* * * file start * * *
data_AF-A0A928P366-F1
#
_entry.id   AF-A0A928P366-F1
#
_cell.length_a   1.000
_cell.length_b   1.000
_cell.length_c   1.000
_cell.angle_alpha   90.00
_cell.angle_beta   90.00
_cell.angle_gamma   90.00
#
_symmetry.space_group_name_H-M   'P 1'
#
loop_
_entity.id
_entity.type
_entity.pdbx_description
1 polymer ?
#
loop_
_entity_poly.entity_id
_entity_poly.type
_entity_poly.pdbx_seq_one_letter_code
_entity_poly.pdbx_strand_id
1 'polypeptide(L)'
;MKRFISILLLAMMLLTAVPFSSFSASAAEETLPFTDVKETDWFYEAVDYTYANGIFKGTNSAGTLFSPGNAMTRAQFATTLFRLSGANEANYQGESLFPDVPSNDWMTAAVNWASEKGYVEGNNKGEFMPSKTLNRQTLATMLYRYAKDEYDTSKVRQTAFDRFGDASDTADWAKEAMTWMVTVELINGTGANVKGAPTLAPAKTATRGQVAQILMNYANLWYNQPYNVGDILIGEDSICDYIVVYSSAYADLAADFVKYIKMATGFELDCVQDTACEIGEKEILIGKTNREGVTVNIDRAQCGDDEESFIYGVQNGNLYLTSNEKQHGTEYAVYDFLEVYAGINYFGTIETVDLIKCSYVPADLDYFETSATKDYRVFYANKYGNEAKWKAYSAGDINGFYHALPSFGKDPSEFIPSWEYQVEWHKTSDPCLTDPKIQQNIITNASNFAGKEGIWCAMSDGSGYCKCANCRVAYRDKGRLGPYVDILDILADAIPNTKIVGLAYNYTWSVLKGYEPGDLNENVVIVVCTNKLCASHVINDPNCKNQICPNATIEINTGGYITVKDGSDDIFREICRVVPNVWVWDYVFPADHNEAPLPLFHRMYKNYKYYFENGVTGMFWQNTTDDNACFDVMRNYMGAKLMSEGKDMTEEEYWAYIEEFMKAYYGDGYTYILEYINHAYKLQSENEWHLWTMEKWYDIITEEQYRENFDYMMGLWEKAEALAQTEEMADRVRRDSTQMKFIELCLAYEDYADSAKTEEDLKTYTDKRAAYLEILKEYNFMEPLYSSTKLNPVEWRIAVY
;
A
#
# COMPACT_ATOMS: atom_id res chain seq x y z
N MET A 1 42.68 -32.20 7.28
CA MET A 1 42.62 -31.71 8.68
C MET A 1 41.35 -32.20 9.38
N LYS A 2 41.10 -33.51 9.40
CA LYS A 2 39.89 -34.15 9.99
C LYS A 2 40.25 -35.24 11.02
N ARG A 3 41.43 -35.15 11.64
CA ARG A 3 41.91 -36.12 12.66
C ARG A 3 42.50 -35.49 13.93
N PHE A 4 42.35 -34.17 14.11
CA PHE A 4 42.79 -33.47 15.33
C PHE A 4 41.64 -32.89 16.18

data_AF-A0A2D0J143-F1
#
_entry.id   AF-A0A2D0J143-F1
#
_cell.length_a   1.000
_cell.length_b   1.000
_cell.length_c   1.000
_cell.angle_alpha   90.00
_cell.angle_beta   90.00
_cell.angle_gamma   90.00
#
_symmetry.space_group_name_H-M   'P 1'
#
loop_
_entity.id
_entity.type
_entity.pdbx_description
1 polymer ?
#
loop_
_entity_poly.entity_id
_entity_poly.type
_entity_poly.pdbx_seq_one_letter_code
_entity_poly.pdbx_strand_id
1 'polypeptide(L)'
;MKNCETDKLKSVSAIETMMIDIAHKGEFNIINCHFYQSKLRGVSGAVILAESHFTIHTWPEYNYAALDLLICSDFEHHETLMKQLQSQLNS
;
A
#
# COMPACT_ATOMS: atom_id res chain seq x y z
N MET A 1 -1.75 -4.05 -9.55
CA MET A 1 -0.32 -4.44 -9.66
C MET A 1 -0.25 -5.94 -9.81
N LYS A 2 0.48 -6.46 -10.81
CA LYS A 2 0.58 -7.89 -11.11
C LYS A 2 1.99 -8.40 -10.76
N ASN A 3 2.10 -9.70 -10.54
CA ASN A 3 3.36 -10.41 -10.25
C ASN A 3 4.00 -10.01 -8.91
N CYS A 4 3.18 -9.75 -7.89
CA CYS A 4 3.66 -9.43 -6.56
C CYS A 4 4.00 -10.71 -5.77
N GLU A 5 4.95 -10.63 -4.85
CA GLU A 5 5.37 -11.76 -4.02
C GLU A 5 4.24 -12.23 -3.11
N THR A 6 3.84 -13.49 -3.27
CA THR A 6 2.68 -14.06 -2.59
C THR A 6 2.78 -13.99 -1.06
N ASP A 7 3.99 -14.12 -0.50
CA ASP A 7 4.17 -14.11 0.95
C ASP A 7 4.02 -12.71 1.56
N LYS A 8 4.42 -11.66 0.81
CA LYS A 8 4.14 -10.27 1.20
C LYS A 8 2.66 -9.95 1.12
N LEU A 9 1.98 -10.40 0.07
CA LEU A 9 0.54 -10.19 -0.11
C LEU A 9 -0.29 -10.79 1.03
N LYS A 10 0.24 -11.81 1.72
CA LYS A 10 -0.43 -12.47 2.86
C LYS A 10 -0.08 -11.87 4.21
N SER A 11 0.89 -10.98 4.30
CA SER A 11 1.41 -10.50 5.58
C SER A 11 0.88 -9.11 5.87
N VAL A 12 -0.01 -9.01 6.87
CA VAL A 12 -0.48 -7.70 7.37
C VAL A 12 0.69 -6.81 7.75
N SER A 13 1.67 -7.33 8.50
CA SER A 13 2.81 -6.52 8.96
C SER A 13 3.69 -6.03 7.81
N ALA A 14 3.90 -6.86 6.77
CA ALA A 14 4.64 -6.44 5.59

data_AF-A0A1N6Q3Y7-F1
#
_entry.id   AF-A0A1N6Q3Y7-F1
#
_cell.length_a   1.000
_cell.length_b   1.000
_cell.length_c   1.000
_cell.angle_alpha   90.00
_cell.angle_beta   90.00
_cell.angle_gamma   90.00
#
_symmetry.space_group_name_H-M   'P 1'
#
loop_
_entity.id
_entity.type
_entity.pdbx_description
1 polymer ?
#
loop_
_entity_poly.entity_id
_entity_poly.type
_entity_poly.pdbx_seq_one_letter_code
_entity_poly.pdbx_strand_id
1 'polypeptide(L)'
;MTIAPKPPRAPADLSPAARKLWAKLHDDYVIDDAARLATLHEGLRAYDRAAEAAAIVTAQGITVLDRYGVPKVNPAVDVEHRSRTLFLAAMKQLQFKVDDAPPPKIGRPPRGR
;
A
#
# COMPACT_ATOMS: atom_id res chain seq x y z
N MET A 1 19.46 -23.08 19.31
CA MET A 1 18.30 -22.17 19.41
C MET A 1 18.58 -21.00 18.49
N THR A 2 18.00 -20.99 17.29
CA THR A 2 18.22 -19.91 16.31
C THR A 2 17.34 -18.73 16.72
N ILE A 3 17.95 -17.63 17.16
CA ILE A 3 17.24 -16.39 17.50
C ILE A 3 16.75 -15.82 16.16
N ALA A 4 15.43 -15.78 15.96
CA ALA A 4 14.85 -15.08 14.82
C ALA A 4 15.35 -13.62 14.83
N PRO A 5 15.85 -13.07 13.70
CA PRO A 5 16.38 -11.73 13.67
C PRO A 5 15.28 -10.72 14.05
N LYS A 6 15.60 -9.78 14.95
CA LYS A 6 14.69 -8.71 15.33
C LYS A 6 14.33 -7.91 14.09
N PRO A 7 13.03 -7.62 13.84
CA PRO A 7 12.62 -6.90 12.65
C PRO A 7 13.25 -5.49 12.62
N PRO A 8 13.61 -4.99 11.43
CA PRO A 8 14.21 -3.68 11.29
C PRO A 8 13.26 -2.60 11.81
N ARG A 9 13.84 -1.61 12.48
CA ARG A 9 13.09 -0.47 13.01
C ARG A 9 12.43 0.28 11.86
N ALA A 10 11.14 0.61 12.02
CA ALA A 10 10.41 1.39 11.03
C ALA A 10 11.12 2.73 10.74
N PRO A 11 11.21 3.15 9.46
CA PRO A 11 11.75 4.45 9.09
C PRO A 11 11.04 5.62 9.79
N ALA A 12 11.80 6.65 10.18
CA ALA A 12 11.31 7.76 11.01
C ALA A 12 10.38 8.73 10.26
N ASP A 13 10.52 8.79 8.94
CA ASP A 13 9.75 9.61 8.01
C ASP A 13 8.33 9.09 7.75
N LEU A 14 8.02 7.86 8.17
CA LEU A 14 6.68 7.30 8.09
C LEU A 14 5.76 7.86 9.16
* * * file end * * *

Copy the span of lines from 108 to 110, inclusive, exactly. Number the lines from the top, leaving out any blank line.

C VAL A 12 0.69 -6.81 7.75
N SER A 13 1.67 -7.33 8.50
CA SER A 13 2.81 -6.52 8.96